Australian philanthropy has moved decisively forward in the past two years, and its potential for positive change has never been greater.
Are we at the ‘tipping point’ of new heights of significance for Australian philanthropy? If not, what will be the catalyst for this shift?
What is philanthropy?
Four years ago, we defined philanthropy as: “The planned and structured giving of money, time, information, goods and services, voice and influence to improve the wellbeing of humanity and the community.”
We can determine whether Australian philanthropy has reached a tipping point through this framework of money, influence, voice and time.
There is now bipartisan support for philanthropy, and the PAF (Private Ancillary Fund) structure has been simplified and improved.
What are the opportunities to up-scale Australian philanthropy? How can the growth in Australian philanthropy increase from the current level of around 800 PAFs to, say, 80,000?
Together with Effective Philanthropy, and the 2008 Queensland University of Technology (QUT) report Good Times and Philanthropy, Philanthropy Australia has identified a number of strategies to build a stronger culture of giving, including increasing the importance of high net worth and ultra-high net worth, and ensuring that individuals are recognised, not just for their assets, but also by what they give.
Everyone engaged in the sector should share the responsibility of growing philanthropy, to showcase the unique contribution that philanthropy makes towards a civic society, and to promote Australian philanthropy to the stage when it reaches a tipping point.
Governments are the dominant funder and determinant of social policy. In Australia, direct government spending represents more than 24 per cent of gross domestic product (GDP). Philanthropy must influence government policies if it is to grow.
There is potential, and even a necessity, for philanthropists and trustees of foundations to use their influence in a personal capacity, and to champion better public policy changes to enable philanthropy to reach its full potential.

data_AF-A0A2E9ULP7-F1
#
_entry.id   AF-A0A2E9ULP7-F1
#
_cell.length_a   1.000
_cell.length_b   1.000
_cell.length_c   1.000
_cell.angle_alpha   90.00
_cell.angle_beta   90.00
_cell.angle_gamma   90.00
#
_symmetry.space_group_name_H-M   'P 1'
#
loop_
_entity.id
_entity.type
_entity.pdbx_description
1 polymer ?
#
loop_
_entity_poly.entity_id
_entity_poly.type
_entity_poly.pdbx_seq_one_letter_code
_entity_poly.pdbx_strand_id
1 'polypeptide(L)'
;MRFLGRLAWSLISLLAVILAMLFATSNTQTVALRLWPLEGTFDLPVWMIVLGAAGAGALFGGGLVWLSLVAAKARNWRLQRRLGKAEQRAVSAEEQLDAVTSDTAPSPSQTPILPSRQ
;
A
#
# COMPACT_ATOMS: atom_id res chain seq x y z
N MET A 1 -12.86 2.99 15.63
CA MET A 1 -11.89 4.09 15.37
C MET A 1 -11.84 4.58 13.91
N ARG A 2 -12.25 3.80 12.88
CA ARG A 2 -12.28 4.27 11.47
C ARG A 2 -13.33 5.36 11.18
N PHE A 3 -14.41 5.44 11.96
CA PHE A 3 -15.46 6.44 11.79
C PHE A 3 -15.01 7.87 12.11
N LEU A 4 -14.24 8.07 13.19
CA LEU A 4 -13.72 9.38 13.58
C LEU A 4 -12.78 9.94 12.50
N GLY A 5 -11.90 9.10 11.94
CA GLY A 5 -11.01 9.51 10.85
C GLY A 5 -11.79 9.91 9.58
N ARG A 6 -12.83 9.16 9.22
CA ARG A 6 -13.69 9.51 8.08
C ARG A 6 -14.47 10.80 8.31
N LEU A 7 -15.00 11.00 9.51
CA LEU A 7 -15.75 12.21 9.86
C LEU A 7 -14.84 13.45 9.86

Quite simply, without public education and broad community support it is not possible to create and sustain major change.
The role that public education, media profile and community debate play as preconditions for creating social change and setting political policy agendas have never been higher.
This is nowhere more keenly illustrated than by the failure of governments to act on climate change.
The most significant contribution of philanthropic leaders (philanthropists and trustees) is their vision and capacity to re-frame issues and engage with new ideas.
The work that is being undertaken on the development of indices of wellbeing is a current important attempt to re-frame thinking. This would provide a framework to quantify the impact of philanthropy, by measuring wellbeing before and after a philanthropic project.
Each of these critical elements – money, influence, voice and the expertise which brings new ideas and frames – is evident in Australian philanthropy, but they are not working to their maximum effect. There is music, but not an orchestra. The art of philanthropy is still being developed along with the science. We are all enhancing our capacity, as part of a pluralist and vibrant sector, to create and seize new opportunities.
For my own part, I have been influenced by creating a tipping point in the way disability services are structured and funded.
Despite support and funding, the welfare and charity model that currently frames Australia’s support for people with disabilities, their families and carers, is failing to meet the needs of these people.
Good support is given to very few – the vast majority of people with disabilities are left to battle through a service system that purports to set priorities based on need, but is in fact a lottery driven by crises.
Our submission for a National Disability Insurance Scheme (NDIS) is based on the suggestion that disability might be re-framed from the current welfare and charity model to a risk, insurance and investment approach.
Like Medicare, this would see every taxpayer contribute to the costs of running intensive care units in public hospitals as a form of insurance payment. It would recognise that disability, like ill-health, can affect any of us at any time.
Bill Shorten has described disability as “the last practical barrier for civil rights in this country”. It would be a tipping point in disability policy and Australia to achieve this – economically, socially and morally.
It has been ‘the planned and structured giving of money, time, voice and influence” that has nurtured and supported the development of this vital reform.
I am confident that this combination will also create a tipping point to cement philanthropy as a major national force for a more civic society.